Jewish leadership — from the most liberal of the Reform rabbis to the most conservative of the Orthodox rabbis — have done Judaism a disservice by not coming forward with the facts and applying Rabbi Rudin's standard of full disclosure. How can we achieve understanding between people of different religious faiths if we do not take courage and stand behind our own religious convictions?
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is the word for temple offerings eaten by priests. This statement indicates that the three-year-old bride is the widow of the priest in all respects and privileges.
— Babylonian Talmud, Soncino 1961 Edition, page 1
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Kotex Commercial, c. 1921 "In the wardrobe of Her Royal Daintiness …" With modern sanitary practices, products, and knowledge, it is difficult to understand how the laws of would promote hygiene in the contemporary world. It is also hard to understand why those laws would be advocated in 1948 by Rabbi Dr. Epstein, or in 1999 by Rabbi Boteach. And given that many other cultures in the world thrived without the laws, it is possible that those laws were not significantly hygienic, even in the days of the Talmud Sages.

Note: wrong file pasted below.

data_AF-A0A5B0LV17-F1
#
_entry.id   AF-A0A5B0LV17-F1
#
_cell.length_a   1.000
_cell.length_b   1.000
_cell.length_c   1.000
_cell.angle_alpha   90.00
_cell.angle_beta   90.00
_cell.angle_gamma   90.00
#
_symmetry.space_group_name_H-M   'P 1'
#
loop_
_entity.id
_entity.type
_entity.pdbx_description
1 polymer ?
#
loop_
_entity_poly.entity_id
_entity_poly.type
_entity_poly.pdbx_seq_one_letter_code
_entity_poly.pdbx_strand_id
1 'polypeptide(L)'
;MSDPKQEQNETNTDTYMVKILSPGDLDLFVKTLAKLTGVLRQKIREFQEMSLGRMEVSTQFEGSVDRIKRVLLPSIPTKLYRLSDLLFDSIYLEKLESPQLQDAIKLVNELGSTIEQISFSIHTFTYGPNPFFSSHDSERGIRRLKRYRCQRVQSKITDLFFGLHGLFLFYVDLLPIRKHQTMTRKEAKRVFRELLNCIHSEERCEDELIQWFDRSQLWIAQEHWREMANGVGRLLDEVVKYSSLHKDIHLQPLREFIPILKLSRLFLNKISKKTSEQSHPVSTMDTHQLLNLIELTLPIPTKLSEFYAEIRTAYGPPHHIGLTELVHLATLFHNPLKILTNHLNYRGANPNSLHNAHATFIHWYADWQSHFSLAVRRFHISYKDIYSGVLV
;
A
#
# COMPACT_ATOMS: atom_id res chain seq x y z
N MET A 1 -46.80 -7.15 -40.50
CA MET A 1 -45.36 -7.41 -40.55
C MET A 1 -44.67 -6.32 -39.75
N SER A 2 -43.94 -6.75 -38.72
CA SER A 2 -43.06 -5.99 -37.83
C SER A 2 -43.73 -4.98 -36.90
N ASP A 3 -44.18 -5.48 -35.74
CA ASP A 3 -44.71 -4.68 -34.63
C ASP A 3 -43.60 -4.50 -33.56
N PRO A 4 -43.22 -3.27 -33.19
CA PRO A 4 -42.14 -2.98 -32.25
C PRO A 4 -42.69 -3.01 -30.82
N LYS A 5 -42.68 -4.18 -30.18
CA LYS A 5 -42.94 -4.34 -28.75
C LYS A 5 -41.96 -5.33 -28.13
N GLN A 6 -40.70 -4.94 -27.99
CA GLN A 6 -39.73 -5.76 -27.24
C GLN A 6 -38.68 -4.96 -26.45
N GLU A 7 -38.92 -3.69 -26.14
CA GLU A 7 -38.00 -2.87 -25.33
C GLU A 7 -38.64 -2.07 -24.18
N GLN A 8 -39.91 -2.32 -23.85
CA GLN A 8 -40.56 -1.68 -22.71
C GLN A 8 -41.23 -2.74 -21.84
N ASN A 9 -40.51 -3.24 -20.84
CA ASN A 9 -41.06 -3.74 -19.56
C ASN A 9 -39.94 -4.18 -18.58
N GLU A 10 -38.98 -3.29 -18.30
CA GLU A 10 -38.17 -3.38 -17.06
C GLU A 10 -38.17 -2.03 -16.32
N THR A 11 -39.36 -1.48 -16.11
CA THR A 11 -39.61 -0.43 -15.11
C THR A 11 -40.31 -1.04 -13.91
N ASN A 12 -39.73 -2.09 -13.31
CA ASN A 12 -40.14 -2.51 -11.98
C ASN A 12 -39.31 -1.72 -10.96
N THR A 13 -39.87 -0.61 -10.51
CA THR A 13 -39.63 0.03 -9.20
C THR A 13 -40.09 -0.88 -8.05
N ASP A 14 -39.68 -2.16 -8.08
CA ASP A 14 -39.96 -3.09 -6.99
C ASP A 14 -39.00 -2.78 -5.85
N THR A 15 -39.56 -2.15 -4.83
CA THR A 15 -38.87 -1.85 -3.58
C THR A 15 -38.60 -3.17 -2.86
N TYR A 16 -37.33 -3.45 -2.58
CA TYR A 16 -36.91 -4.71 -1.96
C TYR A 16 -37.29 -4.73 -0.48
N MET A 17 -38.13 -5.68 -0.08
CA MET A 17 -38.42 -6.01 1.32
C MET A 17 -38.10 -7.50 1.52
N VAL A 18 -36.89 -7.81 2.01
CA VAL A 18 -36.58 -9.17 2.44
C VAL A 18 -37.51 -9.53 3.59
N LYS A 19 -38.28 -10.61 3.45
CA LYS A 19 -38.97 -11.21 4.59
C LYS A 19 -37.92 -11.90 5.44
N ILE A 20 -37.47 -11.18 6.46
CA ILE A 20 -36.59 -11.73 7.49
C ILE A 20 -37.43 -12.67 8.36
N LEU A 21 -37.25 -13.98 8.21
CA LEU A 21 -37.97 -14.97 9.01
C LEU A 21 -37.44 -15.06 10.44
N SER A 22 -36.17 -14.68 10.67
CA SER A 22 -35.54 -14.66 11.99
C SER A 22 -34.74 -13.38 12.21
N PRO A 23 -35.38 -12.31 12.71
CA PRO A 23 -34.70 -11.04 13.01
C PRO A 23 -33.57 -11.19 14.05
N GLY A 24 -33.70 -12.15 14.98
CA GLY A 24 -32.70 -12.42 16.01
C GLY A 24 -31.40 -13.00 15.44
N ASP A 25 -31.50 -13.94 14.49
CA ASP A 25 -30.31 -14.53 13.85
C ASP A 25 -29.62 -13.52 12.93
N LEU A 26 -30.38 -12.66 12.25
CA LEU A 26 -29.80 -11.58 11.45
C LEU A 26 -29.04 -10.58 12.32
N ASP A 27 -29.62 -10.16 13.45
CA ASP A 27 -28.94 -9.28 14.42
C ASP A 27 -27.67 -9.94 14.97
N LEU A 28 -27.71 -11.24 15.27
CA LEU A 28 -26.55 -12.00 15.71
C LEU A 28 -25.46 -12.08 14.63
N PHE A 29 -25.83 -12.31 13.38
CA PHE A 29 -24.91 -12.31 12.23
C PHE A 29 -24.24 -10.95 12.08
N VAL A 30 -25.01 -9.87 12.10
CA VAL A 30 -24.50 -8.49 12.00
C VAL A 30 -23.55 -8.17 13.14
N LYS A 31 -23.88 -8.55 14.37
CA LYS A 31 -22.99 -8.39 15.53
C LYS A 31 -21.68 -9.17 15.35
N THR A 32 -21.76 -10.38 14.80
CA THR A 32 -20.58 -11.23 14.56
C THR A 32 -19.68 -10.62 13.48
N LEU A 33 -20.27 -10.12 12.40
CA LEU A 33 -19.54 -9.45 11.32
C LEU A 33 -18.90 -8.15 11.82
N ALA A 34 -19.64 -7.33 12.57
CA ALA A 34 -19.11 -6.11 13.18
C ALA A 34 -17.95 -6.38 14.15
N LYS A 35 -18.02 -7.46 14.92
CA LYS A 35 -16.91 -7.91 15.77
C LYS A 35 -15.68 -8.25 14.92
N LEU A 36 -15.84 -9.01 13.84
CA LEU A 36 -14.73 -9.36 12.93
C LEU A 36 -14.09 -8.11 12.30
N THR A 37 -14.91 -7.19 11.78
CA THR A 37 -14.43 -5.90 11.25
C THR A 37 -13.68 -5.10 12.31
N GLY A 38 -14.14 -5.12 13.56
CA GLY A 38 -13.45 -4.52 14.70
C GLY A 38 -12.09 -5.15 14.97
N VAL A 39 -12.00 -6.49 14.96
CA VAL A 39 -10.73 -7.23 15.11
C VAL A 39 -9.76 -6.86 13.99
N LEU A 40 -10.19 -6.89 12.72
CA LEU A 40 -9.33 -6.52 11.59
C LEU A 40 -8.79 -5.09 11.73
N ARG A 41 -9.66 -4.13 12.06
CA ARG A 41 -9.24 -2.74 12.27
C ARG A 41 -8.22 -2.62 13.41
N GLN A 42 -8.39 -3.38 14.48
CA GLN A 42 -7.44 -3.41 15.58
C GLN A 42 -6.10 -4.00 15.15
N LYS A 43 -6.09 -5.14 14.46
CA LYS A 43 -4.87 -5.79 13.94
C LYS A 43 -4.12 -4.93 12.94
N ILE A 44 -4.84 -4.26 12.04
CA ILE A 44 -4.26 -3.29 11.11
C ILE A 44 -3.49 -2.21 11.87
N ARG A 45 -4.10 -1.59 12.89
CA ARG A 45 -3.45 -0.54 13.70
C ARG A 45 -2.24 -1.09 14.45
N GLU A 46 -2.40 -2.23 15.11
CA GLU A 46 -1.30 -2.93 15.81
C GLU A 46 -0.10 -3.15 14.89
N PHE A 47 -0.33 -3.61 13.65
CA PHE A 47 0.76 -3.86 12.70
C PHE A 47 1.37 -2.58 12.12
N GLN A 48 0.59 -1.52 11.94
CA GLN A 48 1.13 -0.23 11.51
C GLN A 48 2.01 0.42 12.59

Here come the good guys. Meet Joy Silberg.
In , we learned that after Temple priests kill the sacrificial animal, the priests dismember it, drain the blood, and dip their fingers in the blood to smear and sprinkle it around the Temple. The priests squeeze the blood out of the animal's heart, wash the stomach and other organs, and wash the entrails three times. Specially built channels that look like "nostrils" drain the blood into nearby streams. The Temple, then, and the priests are awash with the blood of slaughter and death.
Now comes Dr. Laura Schlessinger:
Let us start with an article in the , a major newspaper that espouses conservative Christian values. The provides a useful starting point because they name names. Let us borrow the ' viewpoint.
— Babylonian Talmud, Soncino 1961 Edition, pages 92-94
The study was conducted by Bruce Rind, Robert Bauserman, and Philip Tromovitch, and was published in the in 1998 under the editorship of Nancy Eisenberg.
According to the Soncino Talmud Glossary:
How is this possible? Which voices speak for the core values of Judaism? Our questions are not prompted by idle curiosity, but by social concern. America is rapidly becoming Talmudized, and we should understand the direction in which our social policies are moving.
Now let's look at a Mishnah from Kethuboth 11a:
Let us review the Talmud law of Niddah: a woman is unclean for two weeks out of four, contaminating everything and everyone she touches, forbidden to her husband. When not menstruating, she is using testing rags. If she and her husband violate the law, they are subject to arrest and punishment. When menstruation is complete, she must take a ritual bath.